I played all four of the mods, from the complex Left 2 Die to the silly-but-addictive Aiur Chef. All of them, along with their textures and assets, will be released inside the StarCraft 2 community for free, available to play by anyone who owns the game.
StarJeweled is the simplest of the mods on offer -- it's Blizzard's take on PopCap's Bejeweled, and has you gem-matching three-of-a-kind on a board a little bigger than a quarter of the screen. Matching gems earns you energy -- you can have 1000 energy at a time, and then that energy can be used to fight a StarCraft battle on the other side of the screen. You summon units at the bottom of a lane-style battlefield, while your opponents summon units at the top; and then the two sets of units duke it out independently, while you continue to match gems as quickly as you can.
You can alternately spend energy on a special set of player abilities that lets you do things like slow down enemy units, deal direct damage to them or heal your own units. There's a base at either end of the battlefield, and when one party's base (the BlizzCon matches were 2-vs-2) runs out of health, the game is over.
I found the mechanics of the gem-matching to be surprisingly solid, and I consider myself a match-three veteran -- at least, when it comes to Puzzle Quest. But the StarCraft side of the battle felt disconnected -- you're not directly controlling the units, so it's a little hard to tell when you're winning, or what to do differently if you start to lose. Still, StarJeweled plays as you'd expect, and the extra act of summoning units to fight for you makes for an interesting tweak to the standard formula.
As you probably guessed from the name of this mod, Left 2 Die has you fighting zombies as a duo. This co-op mod was inspired by the StarCraft 2 campaign level "Outbreak," in which players had to contend with infected aliens, attacking and retreating during a day-and-night cycle. Of the four mods on display, this one played the most like a standard RTS game -- you have a base to defend, you need to collect resources and you need to build up units and tech to attack the oncoming zombie zerg horde. The developers have tweaked the look of the onrushing zerg for this one, and they've even added some characters inspired by Left 4 Dead, including a "Hunterling" that leaps on your units and a "Choker" that grabs and eats a few of them at a time. Killing zombies allows you to collect "biomass," which can be redeemed for more units and new techs.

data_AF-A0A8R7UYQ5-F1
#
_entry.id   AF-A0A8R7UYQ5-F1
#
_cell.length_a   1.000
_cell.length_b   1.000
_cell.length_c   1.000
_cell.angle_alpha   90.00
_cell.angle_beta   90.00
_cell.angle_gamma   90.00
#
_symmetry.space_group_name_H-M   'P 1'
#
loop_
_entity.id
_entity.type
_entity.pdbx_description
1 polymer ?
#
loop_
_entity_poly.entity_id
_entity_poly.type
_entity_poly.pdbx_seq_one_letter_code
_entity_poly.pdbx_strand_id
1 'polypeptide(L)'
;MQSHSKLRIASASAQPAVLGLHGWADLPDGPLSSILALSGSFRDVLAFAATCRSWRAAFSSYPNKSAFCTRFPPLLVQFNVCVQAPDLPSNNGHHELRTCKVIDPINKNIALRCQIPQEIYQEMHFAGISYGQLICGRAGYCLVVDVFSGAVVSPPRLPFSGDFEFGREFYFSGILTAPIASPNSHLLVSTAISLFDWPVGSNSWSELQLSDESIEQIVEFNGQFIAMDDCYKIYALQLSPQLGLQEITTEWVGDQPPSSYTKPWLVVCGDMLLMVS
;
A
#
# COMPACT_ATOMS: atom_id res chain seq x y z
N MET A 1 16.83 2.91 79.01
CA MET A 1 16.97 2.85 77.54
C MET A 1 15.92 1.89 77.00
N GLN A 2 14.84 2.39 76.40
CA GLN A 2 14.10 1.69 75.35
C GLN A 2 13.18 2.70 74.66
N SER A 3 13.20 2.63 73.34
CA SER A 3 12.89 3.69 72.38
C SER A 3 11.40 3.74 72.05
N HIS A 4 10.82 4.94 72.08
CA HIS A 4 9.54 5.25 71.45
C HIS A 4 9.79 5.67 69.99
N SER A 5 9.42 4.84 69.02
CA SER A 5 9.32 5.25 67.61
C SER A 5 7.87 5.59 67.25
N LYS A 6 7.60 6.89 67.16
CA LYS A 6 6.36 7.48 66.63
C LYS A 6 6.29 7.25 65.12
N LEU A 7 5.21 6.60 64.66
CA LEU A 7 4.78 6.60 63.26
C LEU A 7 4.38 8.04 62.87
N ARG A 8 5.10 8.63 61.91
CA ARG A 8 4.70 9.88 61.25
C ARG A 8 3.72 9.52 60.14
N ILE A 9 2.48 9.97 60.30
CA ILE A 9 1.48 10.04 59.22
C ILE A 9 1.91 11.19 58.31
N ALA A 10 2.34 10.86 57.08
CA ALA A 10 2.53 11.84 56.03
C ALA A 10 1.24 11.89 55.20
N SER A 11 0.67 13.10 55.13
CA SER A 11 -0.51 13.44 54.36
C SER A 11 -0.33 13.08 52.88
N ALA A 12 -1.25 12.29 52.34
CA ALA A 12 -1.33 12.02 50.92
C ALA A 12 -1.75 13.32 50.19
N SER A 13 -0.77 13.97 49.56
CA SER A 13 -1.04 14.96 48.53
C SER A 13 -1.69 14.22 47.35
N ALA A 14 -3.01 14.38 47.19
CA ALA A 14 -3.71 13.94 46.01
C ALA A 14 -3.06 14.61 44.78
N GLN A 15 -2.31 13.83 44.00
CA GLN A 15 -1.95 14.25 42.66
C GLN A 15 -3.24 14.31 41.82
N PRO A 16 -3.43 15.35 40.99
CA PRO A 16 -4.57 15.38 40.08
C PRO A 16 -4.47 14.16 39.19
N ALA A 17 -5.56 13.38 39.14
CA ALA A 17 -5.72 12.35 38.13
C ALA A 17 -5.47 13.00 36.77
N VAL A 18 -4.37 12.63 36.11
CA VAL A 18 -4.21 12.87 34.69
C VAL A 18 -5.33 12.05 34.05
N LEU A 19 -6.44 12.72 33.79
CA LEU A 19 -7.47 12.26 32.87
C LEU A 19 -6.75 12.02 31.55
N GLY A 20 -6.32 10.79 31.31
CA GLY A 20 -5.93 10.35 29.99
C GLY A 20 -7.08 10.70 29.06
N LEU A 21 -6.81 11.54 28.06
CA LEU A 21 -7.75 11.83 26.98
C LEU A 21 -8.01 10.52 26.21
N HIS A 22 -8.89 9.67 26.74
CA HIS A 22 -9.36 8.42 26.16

The day-and-night cycle is key to this gametype -- during the night periods, the action quickly gets frantic, as waves and waves of hungry zerg assault your base, requiring plenty of resources and defending units to hold them back. And then, just as it seems as if all hope is lost and you're about to be conquered, the day cycle returns: The sun shines down and burns off all of the bad guys threatening you, and you're back to rebuilding and readying for the next sunset. During the day, you must also take out an army onto the map and destroy infected buildings, and I'll be honest: My lack of RTS skills had me struggling with the complexities of this mod.
Clearly, Left 2 Die seems like a great mod for hardcore StarCraft 2 players, as it builds on the fan-favorite Outbreak level. It also features high production values (there's a voiceover cinematic to kick off each match and a tutorial system for less-competent players) and multiple difficulty levels. Of all the new mods, Left 2 Die seems the most likely to survive for years to come.